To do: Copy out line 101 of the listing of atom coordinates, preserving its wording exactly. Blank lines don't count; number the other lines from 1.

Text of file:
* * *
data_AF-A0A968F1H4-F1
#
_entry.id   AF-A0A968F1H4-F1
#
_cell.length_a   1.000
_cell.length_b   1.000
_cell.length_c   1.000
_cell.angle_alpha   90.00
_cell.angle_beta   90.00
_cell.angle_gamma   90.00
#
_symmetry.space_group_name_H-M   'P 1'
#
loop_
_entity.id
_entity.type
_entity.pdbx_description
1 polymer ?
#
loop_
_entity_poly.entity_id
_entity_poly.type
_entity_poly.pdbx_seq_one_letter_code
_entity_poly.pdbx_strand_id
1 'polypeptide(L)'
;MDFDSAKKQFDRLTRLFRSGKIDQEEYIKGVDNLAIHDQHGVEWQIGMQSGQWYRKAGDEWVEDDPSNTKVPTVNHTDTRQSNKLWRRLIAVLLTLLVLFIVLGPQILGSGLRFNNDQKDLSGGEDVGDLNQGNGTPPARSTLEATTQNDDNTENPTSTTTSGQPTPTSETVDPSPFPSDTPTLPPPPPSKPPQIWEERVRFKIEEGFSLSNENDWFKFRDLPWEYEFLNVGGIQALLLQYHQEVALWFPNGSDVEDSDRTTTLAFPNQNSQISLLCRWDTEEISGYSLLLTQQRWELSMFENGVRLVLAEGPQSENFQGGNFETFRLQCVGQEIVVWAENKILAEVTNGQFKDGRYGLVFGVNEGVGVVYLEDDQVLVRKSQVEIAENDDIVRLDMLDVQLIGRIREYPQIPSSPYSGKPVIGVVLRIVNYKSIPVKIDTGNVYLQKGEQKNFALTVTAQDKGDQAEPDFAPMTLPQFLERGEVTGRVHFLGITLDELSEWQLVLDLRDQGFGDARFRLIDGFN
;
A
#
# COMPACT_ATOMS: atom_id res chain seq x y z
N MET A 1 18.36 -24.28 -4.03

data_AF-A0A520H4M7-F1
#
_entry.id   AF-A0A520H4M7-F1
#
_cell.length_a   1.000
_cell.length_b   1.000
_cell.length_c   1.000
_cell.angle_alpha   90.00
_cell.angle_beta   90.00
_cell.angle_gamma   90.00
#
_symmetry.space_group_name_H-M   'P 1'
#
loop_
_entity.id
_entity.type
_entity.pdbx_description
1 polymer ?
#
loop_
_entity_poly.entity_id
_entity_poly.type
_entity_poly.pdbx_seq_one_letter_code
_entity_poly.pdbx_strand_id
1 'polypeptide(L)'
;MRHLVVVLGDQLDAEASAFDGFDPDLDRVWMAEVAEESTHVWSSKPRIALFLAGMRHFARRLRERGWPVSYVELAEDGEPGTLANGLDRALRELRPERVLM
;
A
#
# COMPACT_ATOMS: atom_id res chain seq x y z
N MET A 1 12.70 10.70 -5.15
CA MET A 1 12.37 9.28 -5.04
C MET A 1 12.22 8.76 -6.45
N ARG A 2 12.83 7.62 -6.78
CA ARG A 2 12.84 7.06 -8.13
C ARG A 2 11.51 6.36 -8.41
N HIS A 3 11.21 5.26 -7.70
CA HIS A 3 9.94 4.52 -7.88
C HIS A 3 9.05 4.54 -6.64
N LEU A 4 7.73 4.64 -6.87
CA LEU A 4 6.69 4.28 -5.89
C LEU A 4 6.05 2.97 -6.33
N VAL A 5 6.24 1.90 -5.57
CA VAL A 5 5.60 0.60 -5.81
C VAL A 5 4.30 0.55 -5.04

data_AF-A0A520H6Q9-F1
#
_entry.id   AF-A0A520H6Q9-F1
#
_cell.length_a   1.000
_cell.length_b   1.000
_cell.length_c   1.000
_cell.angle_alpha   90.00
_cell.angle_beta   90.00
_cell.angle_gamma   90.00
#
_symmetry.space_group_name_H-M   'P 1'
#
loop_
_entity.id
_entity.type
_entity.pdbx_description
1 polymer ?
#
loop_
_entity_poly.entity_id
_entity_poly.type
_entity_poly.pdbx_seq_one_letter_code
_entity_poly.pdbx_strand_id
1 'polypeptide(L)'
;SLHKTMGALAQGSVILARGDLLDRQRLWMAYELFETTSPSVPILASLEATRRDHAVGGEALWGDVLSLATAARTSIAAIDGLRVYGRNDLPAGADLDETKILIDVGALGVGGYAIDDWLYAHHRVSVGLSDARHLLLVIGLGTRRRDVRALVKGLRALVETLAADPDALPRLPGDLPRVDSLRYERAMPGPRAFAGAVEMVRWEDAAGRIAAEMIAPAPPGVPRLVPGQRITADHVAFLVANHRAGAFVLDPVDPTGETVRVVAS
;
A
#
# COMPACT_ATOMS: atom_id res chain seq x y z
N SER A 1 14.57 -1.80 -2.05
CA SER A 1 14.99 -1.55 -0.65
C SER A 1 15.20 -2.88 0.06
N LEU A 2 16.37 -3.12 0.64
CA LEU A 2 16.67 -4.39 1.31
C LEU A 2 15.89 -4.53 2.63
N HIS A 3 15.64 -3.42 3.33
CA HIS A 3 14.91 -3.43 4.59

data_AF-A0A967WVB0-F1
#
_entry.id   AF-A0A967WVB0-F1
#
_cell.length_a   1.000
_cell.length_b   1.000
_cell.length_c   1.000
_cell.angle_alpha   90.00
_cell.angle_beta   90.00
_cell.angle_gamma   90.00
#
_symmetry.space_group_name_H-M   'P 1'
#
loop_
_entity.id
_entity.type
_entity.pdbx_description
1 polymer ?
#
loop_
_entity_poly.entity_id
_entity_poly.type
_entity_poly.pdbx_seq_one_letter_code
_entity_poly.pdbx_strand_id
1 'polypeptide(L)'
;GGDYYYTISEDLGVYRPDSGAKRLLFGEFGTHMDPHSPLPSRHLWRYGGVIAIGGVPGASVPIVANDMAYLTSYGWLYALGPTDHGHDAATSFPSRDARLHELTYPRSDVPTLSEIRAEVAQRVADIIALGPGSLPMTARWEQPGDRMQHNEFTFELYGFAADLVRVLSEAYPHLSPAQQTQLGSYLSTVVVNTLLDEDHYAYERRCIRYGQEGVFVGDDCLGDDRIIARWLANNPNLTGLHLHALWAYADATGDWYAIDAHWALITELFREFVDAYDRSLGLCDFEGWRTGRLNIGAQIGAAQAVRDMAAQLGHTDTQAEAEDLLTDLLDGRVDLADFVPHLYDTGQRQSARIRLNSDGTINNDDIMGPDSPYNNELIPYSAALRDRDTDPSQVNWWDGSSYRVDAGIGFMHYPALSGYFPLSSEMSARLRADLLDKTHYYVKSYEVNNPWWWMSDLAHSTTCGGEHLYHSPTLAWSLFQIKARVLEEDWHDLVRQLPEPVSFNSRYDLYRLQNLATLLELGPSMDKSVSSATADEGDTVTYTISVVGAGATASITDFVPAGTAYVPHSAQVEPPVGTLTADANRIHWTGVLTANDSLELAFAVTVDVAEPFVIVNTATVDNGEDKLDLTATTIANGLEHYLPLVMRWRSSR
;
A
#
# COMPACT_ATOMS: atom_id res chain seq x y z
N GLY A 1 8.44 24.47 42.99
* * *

1 'polypeptide(L)'